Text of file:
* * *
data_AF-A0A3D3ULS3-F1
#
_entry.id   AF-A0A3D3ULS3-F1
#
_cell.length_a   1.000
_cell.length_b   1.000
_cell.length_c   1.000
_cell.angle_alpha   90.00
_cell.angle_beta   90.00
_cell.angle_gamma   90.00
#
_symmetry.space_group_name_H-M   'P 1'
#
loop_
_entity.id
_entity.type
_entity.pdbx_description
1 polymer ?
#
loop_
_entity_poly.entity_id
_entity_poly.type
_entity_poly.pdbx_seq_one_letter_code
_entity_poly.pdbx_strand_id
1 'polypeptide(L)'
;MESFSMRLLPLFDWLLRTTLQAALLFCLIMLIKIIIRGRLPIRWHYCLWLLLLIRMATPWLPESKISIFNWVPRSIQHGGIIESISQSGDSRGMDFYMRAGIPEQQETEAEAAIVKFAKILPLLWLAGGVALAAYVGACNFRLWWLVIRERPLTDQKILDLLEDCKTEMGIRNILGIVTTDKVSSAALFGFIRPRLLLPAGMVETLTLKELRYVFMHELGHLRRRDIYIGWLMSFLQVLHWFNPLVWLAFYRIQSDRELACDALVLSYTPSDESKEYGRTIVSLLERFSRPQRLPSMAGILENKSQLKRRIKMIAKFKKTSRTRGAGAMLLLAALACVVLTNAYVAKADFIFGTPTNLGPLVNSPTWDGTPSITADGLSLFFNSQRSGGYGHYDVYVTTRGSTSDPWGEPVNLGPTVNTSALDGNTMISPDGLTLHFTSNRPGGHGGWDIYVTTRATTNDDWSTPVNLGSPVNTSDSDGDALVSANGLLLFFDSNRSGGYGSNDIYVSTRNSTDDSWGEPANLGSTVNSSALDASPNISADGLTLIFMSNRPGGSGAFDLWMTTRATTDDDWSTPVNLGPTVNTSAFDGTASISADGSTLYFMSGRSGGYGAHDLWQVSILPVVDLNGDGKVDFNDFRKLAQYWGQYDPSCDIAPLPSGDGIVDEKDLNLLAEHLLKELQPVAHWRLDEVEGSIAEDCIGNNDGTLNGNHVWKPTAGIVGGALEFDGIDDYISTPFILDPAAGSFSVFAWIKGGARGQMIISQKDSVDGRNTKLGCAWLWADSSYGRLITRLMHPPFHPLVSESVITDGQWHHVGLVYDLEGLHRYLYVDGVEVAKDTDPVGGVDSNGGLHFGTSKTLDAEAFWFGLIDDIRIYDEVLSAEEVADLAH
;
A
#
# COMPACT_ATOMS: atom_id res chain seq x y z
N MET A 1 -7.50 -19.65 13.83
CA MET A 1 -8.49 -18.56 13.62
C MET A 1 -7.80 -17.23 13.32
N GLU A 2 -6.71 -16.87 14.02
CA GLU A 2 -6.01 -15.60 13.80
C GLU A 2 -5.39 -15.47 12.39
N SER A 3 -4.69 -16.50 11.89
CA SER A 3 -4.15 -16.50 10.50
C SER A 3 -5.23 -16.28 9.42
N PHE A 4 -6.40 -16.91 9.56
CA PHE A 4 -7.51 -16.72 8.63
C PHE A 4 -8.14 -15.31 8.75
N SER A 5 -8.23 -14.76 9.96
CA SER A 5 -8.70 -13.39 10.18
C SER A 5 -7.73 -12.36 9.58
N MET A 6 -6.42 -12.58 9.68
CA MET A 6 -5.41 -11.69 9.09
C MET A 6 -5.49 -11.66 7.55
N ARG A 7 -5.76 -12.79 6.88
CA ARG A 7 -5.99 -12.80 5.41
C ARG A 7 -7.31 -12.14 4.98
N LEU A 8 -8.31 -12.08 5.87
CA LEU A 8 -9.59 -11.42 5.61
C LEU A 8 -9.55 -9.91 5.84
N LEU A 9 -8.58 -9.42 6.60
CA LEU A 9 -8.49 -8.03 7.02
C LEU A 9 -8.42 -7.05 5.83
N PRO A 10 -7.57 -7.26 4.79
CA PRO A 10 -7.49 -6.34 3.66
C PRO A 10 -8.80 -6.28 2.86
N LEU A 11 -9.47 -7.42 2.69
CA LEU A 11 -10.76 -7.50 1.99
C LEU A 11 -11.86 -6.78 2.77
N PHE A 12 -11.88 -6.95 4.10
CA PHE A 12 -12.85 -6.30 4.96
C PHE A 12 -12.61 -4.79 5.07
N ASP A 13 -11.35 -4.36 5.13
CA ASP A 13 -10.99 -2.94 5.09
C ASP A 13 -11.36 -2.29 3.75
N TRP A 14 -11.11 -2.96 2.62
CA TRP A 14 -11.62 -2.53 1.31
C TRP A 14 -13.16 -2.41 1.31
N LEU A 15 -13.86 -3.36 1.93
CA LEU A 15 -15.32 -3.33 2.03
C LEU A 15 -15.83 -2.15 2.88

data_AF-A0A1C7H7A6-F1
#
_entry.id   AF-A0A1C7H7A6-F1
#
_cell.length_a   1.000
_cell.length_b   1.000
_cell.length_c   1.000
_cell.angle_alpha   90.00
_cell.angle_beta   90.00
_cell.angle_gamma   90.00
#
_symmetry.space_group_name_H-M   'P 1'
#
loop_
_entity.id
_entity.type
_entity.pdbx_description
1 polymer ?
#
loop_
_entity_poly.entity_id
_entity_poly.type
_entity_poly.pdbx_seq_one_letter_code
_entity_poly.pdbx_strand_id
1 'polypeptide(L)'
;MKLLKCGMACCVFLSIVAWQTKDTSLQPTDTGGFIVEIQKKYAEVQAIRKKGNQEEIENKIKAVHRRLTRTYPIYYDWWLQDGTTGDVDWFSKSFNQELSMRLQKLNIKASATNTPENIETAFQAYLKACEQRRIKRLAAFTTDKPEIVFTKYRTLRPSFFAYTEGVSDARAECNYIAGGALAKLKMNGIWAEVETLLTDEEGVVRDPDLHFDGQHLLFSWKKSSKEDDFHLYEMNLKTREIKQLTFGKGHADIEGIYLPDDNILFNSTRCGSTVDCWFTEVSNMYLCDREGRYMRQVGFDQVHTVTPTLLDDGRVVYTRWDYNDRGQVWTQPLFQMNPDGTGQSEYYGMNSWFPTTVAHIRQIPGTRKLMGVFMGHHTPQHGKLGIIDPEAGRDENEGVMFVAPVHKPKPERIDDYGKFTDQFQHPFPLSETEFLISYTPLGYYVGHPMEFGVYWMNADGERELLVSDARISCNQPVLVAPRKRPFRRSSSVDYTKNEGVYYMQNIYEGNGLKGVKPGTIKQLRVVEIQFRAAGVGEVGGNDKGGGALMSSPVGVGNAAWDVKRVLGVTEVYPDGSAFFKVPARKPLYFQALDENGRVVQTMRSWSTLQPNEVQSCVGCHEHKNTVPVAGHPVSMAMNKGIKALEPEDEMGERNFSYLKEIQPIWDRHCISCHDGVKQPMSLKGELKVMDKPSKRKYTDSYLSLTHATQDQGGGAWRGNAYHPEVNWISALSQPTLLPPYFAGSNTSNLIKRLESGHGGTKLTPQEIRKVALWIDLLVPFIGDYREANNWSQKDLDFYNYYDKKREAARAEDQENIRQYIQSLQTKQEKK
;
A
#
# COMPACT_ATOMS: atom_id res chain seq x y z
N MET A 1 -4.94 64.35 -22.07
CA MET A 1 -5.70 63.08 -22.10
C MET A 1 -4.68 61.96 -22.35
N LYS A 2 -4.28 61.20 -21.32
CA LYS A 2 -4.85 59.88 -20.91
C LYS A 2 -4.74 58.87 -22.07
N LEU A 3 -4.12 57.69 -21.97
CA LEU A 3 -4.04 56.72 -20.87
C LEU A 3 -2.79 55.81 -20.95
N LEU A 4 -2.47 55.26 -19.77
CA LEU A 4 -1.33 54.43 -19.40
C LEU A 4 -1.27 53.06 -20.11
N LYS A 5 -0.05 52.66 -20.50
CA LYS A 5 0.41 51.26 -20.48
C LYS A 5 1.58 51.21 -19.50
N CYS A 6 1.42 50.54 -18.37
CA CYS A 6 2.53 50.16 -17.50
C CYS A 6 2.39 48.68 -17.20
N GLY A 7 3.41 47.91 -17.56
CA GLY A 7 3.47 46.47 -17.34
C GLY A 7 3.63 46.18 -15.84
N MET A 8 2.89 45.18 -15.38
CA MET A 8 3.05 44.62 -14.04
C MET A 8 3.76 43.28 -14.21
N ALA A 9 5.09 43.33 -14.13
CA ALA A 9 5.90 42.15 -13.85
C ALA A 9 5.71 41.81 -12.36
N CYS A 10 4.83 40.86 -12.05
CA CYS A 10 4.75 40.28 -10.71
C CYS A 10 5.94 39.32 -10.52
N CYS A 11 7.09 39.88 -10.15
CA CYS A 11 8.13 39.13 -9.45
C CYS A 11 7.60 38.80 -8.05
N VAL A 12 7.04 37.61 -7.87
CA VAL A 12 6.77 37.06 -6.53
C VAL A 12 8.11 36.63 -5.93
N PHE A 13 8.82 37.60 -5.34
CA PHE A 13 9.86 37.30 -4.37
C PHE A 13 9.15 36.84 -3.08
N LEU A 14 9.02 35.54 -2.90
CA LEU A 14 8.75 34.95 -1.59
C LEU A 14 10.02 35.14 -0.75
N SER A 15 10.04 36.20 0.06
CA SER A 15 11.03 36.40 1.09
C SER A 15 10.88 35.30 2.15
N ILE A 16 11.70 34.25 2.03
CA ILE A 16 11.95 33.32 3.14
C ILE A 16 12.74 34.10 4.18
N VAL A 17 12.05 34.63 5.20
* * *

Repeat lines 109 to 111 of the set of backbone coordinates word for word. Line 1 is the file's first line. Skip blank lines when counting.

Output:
N LYS A 2 -4.28 61.20 -21.32
CA LYS A 2 -4.85 59.88 -20.91
C LYS A 2 -4.74 58.87 -22.07